To impeach a US president once is a grave enough business. To do it twice is unique in all history. And still the House of Representatives had no other choice on Wednesday. Donald Trump had neither resigned over the siege of Congress that he incited last week, nor unreservedly deplored it. His vice-president Mike Pence had not used the 25th amendment to oust him. A legislature that let him serve out his last week or so for the sake of convenience would have been derelict in its duty to the law.
Action against the president cannot stop at symbolic censure. Barring the emergence of evidence to the contrary, Republican senators should prepare to convict Mr Trump when the House refers the issue to them. That this will take courage — some in the party fear violent reprisals — is its own commentary on US civic health. The Capitol evokes a fortress at present, with perimeter fencing and thousands of armed guardsmen in fatigues. Airbnb has even cancelled bookings in Washington for the inauguration of president-elect Joe Biden next week. A supermajority for conviction seems improbable in these circumstances. To go by the gnomic hints from Mitch McConnell, though, the leader of Senate Republicans, it should not be ruled out.
If the vote reaches the Senate after Mr Trump’s departure, it is still worthwhile. The prize, his exclusion from public office, is as dear to some in his party as it is to any liberal. Nor should Democrats dread the loss of Mr Biden’s first weeks in power to this process. He has suggested that senators “bifurcate” their work, dealing with administration business and holding the Trump trial concurrently. None of this asks too much of a legislative chamber that flatters itself as the world’s grandest. It is hard to think of a more proper use of Senate time than uncovering and airing the details of what transpired on January 6.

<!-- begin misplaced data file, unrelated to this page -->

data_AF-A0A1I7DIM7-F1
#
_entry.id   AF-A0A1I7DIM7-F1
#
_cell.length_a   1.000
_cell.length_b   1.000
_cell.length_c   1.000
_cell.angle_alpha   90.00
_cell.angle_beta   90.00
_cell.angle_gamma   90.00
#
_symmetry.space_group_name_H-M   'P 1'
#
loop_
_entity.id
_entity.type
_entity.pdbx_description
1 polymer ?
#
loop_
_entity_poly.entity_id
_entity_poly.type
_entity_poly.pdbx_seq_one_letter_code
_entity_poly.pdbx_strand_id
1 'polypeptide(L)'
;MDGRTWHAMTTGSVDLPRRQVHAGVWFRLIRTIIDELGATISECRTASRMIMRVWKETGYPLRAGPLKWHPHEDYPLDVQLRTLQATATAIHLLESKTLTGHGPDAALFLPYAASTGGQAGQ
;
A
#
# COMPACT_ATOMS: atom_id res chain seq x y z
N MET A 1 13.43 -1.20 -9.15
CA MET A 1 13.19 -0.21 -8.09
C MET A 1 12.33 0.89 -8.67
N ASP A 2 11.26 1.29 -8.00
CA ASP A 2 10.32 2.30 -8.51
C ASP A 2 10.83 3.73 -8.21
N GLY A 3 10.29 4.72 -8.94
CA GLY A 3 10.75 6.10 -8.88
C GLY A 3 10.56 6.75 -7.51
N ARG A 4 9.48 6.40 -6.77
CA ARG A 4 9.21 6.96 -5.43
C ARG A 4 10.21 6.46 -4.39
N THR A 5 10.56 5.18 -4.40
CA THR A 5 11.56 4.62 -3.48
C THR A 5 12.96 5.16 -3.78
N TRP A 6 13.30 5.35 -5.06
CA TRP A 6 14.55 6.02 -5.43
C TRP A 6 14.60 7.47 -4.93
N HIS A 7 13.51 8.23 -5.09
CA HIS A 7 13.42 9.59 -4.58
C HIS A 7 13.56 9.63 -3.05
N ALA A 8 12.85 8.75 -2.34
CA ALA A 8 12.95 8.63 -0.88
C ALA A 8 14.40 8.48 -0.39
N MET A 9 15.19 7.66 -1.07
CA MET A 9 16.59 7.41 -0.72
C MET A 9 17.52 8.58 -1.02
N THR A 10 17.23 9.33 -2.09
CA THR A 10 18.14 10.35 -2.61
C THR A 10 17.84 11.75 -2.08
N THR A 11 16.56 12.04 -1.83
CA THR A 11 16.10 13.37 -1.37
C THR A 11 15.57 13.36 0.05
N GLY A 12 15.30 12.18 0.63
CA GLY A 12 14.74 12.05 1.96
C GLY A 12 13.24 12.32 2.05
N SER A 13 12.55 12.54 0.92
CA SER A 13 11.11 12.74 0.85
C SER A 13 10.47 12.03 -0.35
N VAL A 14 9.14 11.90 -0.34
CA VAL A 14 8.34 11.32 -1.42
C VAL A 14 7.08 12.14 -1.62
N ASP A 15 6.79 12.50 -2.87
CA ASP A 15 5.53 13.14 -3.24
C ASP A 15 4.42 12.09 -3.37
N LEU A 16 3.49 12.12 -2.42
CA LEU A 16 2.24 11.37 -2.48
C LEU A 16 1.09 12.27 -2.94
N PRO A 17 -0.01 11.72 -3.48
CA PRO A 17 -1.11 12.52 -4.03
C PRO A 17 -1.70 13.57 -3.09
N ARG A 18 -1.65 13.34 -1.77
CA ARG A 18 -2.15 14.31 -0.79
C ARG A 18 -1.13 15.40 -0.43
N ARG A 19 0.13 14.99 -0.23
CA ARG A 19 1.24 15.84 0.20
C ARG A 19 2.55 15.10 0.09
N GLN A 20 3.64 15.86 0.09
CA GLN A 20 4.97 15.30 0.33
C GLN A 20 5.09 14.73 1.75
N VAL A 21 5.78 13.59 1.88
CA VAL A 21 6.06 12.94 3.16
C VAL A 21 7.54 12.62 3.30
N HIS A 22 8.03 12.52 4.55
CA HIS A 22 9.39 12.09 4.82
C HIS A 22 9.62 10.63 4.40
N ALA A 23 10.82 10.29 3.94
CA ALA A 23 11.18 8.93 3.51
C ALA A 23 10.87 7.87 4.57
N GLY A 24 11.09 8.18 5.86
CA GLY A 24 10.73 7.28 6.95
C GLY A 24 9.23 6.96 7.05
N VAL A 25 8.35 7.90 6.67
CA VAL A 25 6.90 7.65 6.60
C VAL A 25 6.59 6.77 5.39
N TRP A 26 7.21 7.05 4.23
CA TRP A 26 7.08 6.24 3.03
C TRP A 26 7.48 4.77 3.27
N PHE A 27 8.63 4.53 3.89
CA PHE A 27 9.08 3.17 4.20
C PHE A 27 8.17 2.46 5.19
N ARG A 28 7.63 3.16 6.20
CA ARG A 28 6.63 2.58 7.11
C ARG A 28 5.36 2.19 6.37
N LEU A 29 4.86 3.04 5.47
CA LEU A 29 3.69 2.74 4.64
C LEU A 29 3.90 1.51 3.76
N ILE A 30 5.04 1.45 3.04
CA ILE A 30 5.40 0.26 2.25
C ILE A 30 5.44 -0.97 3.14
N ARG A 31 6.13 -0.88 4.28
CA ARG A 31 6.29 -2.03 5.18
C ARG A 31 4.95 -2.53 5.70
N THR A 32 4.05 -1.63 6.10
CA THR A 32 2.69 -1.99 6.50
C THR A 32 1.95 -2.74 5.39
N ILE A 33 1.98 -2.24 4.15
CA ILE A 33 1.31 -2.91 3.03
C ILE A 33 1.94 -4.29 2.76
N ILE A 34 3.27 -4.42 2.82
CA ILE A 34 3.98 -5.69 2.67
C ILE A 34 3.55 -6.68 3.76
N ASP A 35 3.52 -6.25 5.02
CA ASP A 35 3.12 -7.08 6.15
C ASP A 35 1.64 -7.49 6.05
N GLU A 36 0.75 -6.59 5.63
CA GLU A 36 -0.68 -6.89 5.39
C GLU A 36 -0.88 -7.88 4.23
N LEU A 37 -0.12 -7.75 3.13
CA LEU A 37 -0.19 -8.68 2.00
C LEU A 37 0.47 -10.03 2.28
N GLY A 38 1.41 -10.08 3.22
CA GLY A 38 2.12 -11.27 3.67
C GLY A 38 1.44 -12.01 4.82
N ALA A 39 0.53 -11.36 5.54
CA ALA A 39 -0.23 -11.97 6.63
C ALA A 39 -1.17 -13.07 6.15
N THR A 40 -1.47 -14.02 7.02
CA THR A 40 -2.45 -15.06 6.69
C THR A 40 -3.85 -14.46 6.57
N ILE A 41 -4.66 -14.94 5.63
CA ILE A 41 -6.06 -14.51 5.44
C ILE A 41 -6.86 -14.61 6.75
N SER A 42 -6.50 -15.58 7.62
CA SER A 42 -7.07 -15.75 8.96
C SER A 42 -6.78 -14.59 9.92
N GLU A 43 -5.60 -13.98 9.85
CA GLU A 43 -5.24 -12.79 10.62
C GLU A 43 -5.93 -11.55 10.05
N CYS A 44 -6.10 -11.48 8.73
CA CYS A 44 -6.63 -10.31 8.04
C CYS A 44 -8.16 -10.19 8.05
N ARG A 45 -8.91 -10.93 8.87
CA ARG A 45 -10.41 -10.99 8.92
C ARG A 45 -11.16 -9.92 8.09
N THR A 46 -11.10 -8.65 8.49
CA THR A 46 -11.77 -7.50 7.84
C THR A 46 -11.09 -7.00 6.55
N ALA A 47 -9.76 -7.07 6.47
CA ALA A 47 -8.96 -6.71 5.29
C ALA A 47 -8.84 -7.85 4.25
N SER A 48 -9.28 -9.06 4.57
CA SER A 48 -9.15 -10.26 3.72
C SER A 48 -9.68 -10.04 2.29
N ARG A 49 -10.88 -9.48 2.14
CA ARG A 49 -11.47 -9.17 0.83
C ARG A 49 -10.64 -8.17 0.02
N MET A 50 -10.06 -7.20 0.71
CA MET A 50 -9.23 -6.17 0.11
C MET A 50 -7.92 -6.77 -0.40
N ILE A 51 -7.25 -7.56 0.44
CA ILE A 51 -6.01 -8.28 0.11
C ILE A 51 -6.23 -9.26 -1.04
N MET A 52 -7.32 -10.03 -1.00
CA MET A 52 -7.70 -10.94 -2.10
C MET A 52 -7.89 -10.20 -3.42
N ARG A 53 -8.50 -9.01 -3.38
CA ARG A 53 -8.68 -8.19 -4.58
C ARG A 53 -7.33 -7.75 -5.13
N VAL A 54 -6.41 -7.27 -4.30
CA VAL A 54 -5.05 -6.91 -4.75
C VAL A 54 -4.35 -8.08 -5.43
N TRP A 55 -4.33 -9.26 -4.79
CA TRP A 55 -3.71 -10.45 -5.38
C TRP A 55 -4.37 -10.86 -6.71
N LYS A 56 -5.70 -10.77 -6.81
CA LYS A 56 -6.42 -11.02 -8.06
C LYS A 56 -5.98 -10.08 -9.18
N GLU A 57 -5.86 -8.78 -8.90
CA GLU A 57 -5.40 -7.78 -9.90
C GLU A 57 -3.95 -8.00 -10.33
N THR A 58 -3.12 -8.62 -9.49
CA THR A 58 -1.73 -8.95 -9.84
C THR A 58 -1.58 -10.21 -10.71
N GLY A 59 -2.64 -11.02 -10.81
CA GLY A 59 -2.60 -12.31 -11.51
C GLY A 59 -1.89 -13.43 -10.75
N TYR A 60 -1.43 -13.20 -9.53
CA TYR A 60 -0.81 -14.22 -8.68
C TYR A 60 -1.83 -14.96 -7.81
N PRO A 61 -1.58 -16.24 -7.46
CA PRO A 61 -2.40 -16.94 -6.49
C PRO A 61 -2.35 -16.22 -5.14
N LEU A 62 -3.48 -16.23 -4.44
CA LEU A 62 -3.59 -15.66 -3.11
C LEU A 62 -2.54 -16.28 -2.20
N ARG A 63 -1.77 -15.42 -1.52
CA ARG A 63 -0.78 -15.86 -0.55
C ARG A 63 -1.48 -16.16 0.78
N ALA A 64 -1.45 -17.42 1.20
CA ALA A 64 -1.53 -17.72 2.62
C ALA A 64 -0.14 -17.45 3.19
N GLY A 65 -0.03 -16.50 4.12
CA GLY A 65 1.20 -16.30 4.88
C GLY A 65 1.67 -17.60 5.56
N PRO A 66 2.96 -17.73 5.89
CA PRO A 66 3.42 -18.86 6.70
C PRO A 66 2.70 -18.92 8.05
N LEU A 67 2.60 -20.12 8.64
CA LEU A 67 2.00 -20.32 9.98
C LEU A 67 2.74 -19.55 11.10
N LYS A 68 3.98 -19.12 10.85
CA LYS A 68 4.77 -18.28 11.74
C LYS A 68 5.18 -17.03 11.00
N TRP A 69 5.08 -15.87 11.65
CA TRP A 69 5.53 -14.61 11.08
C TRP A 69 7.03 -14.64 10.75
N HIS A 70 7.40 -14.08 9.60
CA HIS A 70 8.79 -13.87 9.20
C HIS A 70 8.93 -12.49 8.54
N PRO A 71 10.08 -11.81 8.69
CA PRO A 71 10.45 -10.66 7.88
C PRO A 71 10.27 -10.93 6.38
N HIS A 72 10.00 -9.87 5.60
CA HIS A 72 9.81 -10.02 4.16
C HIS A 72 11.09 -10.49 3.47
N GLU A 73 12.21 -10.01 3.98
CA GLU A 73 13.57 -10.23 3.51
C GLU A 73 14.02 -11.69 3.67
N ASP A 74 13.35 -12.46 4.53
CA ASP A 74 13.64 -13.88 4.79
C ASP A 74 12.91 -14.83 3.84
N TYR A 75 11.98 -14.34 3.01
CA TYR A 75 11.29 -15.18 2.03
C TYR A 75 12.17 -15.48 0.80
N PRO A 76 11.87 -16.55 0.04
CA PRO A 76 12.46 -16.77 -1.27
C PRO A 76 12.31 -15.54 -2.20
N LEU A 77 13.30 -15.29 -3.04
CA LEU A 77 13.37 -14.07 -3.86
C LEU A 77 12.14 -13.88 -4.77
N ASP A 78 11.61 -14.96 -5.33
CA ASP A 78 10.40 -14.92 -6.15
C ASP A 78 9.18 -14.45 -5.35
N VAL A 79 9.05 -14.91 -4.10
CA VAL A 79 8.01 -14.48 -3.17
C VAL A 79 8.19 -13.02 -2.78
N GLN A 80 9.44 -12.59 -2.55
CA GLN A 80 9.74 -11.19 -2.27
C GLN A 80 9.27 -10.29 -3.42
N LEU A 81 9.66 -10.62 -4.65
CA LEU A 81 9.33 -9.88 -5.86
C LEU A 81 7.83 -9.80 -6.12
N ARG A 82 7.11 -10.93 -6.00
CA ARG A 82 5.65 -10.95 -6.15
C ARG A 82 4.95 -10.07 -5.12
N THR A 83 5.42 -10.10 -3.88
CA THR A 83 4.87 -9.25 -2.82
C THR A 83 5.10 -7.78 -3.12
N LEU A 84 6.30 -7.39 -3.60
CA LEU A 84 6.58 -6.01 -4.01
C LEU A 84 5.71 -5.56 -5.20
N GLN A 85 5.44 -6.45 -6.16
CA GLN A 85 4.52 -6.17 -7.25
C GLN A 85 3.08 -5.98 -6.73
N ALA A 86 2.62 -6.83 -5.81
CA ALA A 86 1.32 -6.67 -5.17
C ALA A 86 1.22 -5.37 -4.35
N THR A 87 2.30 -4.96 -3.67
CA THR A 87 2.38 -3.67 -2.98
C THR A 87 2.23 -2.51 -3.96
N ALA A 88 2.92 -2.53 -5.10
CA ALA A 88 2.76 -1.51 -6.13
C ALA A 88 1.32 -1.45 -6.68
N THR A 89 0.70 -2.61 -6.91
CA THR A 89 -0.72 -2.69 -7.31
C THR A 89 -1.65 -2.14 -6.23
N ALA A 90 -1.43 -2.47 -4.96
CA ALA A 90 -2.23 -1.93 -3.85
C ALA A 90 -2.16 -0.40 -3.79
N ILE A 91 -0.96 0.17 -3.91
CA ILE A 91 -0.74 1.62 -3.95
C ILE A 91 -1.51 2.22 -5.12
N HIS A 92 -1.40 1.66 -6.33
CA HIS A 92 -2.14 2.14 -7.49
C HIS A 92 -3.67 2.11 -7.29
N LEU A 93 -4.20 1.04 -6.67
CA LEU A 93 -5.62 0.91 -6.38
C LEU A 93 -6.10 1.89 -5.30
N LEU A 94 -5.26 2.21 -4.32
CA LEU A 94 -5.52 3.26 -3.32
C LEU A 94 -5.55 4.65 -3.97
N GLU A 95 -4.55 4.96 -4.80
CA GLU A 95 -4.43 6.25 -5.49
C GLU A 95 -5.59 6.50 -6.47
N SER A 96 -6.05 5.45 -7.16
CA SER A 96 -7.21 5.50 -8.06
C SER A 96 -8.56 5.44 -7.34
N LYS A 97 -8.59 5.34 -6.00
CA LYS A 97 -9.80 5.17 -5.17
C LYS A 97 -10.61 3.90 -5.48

At the very least, impeachment should make Mr Trump trim his behaviour in the time he has left. But even if he avoids conviction, he is still open to criminal prosecution for the storming of Congress and other deeds once he leaves office. Any action against him, political or judicial, entails a risk to public peace. Some of his core followers have shown the extent of their loyalty to him. Indeed, eminent Republicans cite the danger of an aggressive backlash as a case against impeachment.
It is not a frivolous objection. It is a reason to commend the 10 Republicans, such as Representative Liz Cheney, who voted for impeachment. But nor can a law-governed nation constantly second-guess the public reaction before applying the law. That way lies a dark precedent and a paralysed, fearful state. Had the Senate convicted and removed Mr Trump after his first impeachment a year ago, no doubt the outrage on the right would have been intense. But the storming of Congress, and the attendant loss of life, might never have happened. The past four years have been a lesson in the folly of postponing hard decisions and hoping for the best.
The trope that a week is a long time in politics takes on an ominous connotation now. In his remaining days as president, Mr Trump still has wide latitude in foreign policy. He remains commander-in-chief of the world’s mightiest armed forces. His potential to do harm on his way out has not been neutralised by his impeachment. What it has done, at the bare minimum, is transmit a moral signal to the world about what US democracy is willing to tolerate. It falls to the Senate to decide its exact strength.